Disabling Password-less SSH Connections

I use Ubuntu on a server I use for software development over a VNC session. This is how I learned to do Java software development way back in 2000 at one of my first jobs, and the habit stuck. I recently upgraded to Ubuntu 8.04 LTS (via a completely straightforward and painless upgrade process, I might add) and noticed that something strange was happening: after entering my ssh key password once in a session, I was not asked for it again. Ever.

I leave myself logged into this machine for months at a time, and I never lock it. The only locking you might consider is that I disconnect from the VNC session and re-connecting requires a password. However, I have access to some sensitive information for my job and I’m a little leery when I’m allowed access to things unchallenged.

First, I thought something really fishy was going on, until I started reading man pages and doing a little digging. I found out about ssh-agent (which I had previously never heard of, since I’m usually using command-line-only interfaces) which did not appear to be running. Oddly enough, using ssh-add to flush all cached keys did work, so I was certain that the ssh-agent was lurking somewhere — I just hadn’t found it, yet.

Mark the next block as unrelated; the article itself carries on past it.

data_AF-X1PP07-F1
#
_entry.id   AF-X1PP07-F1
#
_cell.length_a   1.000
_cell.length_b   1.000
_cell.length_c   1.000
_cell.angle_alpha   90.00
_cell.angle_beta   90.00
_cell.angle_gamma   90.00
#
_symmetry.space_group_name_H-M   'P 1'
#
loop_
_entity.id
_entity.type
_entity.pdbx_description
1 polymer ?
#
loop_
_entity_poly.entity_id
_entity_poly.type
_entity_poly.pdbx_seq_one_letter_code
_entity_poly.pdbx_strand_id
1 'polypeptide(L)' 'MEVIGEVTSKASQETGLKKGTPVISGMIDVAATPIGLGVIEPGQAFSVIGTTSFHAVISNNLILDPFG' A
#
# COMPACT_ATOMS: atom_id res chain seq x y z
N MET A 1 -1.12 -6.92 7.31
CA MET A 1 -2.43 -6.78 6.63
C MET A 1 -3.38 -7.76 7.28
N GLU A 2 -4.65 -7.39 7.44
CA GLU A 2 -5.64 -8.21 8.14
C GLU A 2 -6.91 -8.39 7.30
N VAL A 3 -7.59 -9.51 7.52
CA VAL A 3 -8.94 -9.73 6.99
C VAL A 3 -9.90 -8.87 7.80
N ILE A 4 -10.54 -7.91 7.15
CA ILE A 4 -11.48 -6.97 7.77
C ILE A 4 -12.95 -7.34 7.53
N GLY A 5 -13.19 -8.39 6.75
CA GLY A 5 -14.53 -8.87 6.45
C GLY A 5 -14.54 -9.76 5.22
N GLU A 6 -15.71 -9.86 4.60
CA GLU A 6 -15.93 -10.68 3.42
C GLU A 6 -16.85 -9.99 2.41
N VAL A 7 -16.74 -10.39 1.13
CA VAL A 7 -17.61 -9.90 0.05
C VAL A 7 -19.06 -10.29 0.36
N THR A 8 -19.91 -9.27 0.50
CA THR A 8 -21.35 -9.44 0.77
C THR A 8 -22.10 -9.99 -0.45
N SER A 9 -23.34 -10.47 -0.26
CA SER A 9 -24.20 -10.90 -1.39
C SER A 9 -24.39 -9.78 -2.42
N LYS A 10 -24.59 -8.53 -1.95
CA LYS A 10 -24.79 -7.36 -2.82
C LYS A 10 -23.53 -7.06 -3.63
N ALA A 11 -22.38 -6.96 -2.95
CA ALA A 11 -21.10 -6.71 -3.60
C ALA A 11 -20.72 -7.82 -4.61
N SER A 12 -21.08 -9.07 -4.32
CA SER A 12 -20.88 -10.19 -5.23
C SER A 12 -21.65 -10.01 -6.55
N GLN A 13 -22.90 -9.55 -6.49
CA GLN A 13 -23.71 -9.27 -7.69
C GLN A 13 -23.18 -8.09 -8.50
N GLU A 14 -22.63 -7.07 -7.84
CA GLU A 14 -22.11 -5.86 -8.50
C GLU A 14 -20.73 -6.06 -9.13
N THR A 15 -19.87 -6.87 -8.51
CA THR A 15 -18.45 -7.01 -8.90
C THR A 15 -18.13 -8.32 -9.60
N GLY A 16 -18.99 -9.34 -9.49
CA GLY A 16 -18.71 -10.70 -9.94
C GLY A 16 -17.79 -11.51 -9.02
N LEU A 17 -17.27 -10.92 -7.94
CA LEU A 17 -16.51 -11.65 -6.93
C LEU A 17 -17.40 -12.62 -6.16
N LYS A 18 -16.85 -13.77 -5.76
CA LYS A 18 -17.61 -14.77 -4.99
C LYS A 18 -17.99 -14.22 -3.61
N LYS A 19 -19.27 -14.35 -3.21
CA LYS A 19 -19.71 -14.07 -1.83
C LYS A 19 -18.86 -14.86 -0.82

Finally, today, I got fed up and apparently entered the magic phrase into Google. The reason I couldn’t see it running is because the process is gnome-keyring-daemon, not ssh-agent or *agent* or even *ssh*, which makes it tough to find if you don’t know that it’s a gnome component that is performing this service. I found the answer in the Gnome Keyring SSH Agent page on the Gnome Live website. Instructions for disabling ssh key caching are on the page here.

One thing they missed is that you can use gconf-editor to tweak the value indicated in the gconftool-2 instructions. Also, you can change the behavior of a running Gnome system by doing a ‘kill -HUP’ on the existing gnome-keyring-daemon process, and then re-starting it with the ‘–components’ that you want (i.e. removing the ‘ssh’ service).

Now, I get to enter my password every time I make an ssh connection, just as it should be 😉

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